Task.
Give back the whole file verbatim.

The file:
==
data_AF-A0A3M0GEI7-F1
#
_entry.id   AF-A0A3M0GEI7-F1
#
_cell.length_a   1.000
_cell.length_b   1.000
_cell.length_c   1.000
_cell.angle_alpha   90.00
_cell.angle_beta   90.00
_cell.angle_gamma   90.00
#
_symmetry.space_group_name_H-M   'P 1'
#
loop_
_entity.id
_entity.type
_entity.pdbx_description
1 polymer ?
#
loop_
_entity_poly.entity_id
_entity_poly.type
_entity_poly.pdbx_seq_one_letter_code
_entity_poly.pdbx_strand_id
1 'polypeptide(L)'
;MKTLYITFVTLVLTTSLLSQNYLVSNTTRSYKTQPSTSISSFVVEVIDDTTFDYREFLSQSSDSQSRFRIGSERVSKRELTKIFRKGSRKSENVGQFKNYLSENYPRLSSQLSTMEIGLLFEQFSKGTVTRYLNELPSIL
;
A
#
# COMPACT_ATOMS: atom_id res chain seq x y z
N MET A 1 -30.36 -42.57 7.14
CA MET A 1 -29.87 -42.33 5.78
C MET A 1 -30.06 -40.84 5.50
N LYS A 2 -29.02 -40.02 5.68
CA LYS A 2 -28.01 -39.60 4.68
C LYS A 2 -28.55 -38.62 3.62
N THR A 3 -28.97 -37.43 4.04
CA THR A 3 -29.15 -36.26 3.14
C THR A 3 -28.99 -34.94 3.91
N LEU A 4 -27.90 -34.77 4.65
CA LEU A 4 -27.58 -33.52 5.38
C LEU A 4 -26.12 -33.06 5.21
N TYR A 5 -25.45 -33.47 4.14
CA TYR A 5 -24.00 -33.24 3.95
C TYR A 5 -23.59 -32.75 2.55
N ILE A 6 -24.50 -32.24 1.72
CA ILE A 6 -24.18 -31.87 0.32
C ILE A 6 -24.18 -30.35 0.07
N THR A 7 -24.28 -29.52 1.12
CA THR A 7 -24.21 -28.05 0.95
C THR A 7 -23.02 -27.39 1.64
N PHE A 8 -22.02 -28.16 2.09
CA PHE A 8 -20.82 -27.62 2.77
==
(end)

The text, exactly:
data_AF-A0A3M0GEI7-F1
#
_entry.id   AF-A0A3M0GEI7-F1
#
_cell.length_a   1.000
_cell.length_b   1.000
_cell.length_c   1.000
_cell.angle_alpha   90.00
_cell.angle_beta   90.00
_cell.angle_gamma   90.00
#
_symmetry.space_group_name_H-M   'P 1'
#
loop_
_entity.id
_entity.type
_entity.pdbx_description
1 polymer ?
#
loop_
_entity_poly.entity_id
_entity_poly.type
_entity_poly.pdbx_seq_one_letter_code
_entity_poly.pdbx_strand_id
1 'polypeptide(L)'
;MKTLYITFVTLVLTTSLLSQNYLVSNTTRSYKTQPSTSISSFVVEVIDDTTFDYREFLSQSSDSQSRFRIGSERVSKRELTKIFRKGSRKSENVGQFKNYLSENYPRLSSQLSTMEIGLLFEQFSKGTVTRYLNELPSIL
;
A
#
# COMPACT_ATOMS: atom_id res chain seq x y z
N MET A 1 -30.36 -42.57 7.14
CA MET A 1 -29.87 -42.33 5.78
C MET A 1 -30.06 -40.84 5.50
N LYS A 2 -29.02 -40.02 5.68
CA LYS A 2 -28.01 -39.60 4.68
C LYS A 2 -28.55 -38.62 3.62
N THR A 3 -28.97 -37.43 4.04
CA THR A 3 -29.15 -36.26 3.14
C THR A 3 -28.99 -34.94 3.91
N LEU A 4 -27.90 -34.77 4.65
CA LEU A 4 -27.58 -33.52 5.38
C LEU A 4 -26.12 -33.06 5.21
N TYR A 5 -25.45 -33.47 4.14
CA TYR A 5 -24.00 -33.24 3.95
C TYR A 5 -23.59 -32.75 2.55
N ILE A 6 -24.50 -32.24 1.72
CA ILE A 6 -24.18 -31.87 0.32
C ILE A 6 -24.18 -30.35 0.07
N THR A 7 -24.28 -29.52 1.12
CA THR A 7 -24.21 -28.05 0.95
C THR A 7 -23.02 -27.39 1.64
N PHE A 8 -22.02 -28.16 2.09
CA PHE A 8 -20.82 -27.62 2.77